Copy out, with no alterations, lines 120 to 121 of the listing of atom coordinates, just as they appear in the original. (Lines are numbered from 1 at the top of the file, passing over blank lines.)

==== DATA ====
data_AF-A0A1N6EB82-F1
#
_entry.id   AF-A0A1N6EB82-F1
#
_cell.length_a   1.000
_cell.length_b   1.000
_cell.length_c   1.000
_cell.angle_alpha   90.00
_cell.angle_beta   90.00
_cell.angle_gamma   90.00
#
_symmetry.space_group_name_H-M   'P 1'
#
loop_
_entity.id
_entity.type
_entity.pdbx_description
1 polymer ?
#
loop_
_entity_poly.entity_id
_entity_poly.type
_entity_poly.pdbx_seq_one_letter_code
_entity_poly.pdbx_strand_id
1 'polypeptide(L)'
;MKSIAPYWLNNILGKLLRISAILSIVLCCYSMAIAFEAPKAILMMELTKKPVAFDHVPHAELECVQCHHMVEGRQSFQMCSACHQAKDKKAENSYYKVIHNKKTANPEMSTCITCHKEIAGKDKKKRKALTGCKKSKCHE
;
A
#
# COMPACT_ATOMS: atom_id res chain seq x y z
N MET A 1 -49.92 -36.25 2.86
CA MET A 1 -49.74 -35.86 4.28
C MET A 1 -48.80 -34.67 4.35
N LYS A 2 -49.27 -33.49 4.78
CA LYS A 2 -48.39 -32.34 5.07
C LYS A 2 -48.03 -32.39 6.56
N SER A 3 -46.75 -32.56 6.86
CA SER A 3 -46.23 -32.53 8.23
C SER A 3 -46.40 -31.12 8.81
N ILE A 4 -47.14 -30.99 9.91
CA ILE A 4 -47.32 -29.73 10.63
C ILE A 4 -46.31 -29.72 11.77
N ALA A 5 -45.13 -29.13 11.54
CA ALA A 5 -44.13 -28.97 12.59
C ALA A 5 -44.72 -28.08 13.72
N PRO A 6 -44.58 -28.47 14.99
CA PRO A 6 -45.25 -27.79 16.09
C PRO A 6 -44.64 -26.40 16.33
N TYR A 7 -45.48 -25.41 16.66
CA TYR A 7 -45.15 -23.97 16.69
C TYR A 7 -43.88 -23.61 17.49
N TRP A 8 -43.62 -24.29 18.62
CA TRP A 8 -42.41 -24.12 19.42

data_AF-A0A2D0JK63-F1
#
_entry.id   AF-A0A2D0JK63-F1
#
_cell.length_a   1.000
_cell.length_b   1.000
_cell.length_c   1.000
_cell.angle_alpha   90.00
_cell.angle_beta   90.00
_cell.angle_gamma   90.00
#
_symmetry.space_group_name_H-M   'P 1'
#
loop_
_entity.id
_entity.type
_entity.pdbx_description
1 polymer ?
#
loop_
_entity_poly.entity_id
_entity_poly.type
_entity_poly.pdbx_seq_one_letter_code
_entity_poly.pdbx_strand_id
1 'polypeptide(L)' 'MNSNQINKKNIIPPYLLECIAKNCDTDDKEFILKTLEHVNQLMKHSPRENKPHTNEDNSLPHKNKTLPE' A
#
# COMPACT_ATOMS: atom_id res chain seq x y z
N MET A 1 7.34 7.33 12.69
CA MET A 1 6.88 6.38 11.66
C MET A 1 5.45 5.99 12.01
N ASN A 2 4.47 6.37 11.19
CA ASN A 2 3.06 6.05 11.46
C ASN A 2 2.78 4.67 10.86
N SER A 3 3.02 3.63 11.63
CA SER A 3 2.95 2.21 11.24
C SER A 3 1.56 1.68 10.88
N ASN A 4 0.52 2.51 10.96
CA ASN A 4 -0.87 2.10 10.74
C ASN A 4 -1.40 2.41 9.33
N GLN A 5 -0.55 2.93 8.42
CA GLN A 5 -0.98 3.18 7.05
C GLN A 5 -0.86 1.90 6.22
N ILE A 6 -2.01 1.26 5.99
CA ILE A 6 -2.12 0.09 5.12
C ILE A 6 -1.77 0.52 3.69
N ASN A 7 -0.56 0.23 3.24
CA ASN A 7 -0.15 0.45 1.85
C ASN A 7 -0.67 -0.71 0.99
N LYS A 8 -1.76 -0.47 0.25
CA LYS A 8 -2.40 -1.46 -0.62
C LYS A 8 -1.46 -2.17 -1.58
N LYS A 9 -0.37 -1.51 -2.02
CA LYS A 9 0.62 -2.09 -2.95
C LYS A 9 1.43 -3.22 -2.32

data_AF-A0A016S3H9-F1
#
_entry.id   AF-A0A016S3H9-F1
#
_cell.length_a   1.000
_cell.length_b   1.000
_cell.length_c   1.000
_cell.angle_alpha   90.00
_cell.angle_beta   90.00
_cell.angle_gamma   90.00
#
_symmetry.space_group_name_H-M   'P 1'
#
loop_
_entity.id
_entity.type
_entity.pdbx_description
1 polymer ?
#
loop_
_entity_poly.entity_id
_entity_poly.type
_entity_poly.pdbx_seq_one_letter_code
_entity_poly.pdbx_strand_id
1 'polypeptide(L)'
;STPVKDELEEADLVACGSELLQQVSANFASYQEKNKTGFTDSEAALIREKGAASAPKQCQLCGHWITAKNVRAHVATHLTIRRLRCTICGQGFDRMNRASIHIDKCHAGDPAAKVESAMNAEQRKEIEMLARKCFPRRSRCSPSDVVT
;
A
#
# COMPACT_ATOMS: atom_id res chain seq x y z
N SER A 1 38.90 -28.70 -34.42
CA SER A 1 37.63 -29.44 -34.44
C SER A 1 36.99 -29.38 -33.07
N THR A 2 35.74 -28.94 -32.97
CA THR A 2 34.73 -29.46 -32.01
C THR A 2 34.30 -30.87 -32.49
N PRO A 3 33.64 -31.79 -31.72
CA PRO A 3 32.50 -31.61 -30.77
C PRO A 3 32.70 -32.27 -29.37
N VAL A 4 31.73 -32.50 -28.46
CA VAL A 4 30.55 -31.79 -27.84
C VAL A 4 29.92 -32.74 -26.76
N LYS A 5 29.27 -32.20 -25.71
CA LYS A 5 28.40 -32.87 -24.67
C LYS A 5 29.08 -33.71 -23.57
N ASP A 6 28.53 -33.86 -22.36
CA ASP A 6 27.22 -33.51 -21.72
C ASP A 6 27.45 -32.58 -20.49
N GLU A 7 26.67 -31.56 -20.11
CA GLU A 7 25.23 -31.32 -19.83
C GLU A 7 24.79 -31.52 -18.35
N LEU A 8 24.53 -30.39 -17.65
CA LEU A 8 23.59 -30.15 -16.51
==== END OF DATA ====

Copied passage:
#
loop_